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Jerusalem artichoke

The Jerusalem artichoke, a recent rediscovery

Other names for Jerusalem artichokes are Canadian sunflowers and German turnips. Numerous names suggest that the tuber is extremely similar to a potato and is quite simple to cultivate; in fact, it does not have great requirements in terms of climate and soil. It is a herbaceous plant that might have reddish-purple hues or a prominent root system, which yields the white tubers.

It was once used as animal feed, but more recently, its nutritional value for humans has been rediscovered. The credit for this rediscovery goes to its very delicate flavour, similar to that of artichoke, as well as the renewed awareness of its nutritional value, which is very high.

The benefits of Jerusalem artichokes

The Jerusalem artichoke has a few advantages over potatoes despite tasting and looking identical (it’s a touch tougher and spherical). It has fewer calories to begin with—100 grammes of the product only have about 30 kcal. It also contains high levels of group B vitamins and vitamin A (which is beneficial for vision).

In terms of mineral salts, it offers sufficient amounts of magnesium, calcium, and phosphorus. Jerusalem artichokes are also rich in beneficial bacteria for the intestines, including lactobacilli and bifidobacteria. Jerusalem artichokes also have the advantage of having a very low glycemic index—even lower than potatoes—despite having a very decent amount of carbohydrates.

The varieties of Jerusalem artichokes

The tubers of Jerusalem artichoke (Helianthus tuberosus), which closely resemble sweet potatoes, have a sweet and delicate flavour vaguely reminiscent of that of the artichoke. The Jerusalem artichoke belongs to the same family as the sunflower and was intensively cultivated by the American Indians. In 1605, the French explorer Samuel de Champlain found these tubers in an Indian garden on Cape Cod and imported them. It can be found on the markets at the end of autumn. Firm tubers with skin that is brownish-purple and free of superficial blemishes or bruises should be selected over the others.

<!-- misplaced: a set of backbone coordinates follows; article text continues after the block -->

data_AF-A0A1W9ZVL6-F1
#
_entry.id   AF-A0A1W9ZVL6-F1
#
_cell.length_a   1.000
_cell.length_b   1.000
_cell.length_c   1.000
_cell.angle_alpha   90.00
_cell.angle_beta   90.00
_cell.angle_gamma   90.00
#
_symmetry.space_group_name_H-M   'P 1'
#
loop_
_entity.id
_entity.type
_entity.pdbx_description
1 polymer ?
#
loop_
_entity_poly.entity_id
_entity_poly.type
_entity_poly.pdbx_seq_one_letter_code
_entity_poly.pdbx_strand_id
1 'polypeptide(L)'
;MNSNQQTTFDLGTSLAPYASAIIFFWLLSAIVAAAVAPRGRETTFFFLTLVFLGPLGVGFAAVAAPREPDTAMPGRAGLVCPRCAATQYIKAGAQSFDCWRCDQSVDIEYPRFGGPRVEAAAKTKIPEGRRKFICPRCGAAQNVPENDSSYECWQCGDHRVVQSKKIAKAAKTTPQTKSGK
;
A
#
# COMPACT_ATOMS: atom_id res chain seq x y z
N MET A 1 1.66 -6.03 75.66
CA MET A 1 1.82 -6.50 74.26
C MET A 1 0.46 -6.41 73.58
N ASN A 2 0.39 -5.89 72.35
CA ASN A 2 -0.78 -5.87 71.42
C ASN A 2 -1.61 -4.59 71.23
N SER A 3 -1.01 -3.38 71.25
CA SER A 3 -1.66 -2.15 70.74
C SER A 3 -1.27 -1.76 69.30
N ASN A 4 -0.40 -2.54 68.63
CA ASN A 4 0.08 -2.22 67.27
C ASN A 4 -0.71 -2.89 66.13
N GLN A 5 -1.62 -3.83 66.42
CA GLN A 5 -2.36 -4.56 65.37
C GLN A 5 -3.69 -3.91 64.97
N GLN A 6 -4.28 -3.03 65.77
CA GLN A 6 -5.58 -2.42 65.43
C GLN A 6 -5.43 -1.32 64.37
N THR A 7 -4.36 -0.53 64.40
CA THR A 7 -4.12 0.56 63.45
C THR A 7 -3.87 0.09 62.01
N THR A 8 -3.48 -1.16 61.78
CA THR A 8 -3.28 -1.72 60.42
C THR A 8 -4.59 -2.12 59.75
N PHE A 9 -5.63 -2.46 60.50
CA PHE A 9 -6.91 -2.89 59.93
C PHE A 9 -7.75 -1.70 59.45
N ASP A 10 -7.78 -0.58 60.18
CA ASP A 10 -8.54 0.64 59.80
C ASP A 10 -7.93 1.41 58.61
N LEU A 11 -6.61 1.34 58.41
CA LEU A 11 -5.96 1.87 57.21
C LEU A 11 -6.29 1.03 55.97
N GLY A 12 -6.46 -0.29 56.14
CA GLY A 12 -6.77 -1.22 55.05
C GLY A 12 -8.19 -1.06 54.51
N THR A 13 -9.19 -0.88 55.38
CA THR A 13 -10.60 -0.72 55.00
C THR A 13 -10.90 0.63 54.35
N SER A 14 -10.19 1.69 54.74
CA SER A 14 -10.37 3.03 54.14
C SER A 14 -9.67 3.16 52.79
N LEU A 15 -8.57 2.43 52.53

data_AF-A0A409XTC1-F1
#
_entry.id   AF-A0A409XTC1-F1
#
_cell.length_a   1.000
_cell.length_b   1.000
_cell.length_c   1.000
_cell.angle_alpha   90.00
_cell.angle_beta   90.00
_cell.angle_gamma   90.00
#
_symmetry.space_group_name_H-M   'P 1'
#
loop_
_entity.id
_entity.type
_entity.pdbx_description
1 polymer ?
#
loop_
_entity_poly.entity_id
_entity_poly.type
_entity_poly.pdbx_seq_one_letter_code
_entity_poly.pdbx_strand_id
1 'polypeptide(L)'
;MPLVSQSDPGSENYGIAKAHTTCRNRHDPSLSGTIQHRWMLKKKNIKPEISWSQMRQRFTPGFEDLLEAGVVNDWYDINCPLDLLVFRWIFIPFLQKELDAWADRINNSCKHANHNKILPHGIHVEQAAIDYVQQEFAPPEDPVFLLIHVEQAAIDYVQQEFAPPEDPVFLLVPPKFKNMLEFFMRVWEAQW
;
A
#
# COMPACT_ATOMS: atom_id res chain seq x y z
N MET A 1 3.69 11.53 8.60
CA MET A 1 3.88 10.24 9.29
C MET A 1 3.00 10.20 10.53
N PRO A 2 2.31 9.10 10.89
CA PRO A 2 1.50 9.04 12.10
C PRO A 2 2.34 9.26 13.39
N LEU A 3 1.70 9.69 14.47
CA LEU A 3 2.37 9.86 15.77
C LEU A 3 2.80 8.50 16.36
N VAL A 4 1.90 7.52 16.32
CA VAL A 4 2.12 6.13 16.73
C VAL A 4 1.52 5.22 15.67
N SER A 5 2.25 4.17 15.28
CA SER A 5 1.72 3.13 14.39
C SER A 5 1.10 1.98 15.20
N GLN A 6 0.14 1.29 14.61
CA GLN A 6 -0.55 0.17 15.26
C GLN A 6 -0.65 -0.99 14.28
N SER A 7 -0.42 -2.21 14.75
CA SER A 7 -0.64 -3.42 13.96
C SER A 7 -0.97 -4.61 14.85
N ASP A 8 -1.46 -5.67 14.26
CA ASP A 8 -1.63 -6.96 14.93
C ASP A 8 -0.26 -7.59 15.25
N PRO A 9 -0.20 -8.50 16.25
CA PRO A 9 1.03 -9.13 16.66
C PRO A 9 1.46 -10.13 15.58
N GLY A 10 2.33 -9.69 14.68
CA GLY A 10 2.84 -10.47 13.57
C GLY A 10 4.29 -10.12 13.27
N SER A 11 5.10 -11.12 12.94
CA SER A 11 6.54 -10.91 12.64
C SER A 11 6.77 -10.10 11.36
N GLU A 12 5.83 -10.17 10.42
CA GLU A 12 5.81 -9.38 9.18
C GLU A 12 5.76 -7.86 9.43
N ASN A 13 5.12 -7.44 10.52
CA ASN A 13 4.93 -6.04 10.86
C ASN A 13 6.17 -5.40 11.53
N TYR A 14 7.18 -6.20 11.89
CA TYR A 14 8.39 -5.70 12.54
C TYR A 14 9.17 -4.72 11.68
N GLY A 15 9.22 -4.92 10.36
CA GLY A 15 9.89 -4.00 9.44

It wrinkles easily when exposed to air, so it should be wrapped tightly in plastic bags and stored in the refrigerator.

The Jerusalem artichoke, having only recently gained prominence, has not been the subject of particular “botanical” attention. So it is rather homogeneous, and the varieties are just a handful; in fact, there are essentially two: the white Jerusalem artichoke and the red Jerusalem artichoke.

The first is rather early and is characterised by an intense and almost acrid flavour. The second is late and is characterised by sweeter hints and greater softness.

How to Use It in the Kitchen

The Jerusalem artichoke tuber, a vegetable similar to the potato, cannot be eaten raw (although it contains fewer toxic substances). However, its uses are similar to those of the potato. It is a tuber with an artichoke flavour. The Jerusalem artichoke, in fact, is considered a dietary substitute for the potato; therefore, it can be consumed boiled, fried, pureed, etc. This tuber is essentially used as a side dish, both for fish and meat-based main courses.

It can also be transformed into flour, which has the advantage of not containing gluten. However, it does not have great bread-making capabilities, so it must always be added to other flours. The Jerusalem artichoke can also be used on its own; in fact, it can be the main ingredient in certain recipes. In regard to this, Germany produces some very good savoury pies made with this intriguing vegetable.

Jerusalem artichoke syrup, a versatile dish

An ideal syrup for a variety of sweets Jerusalem artichoke syrup is perfect on pancakes. In this...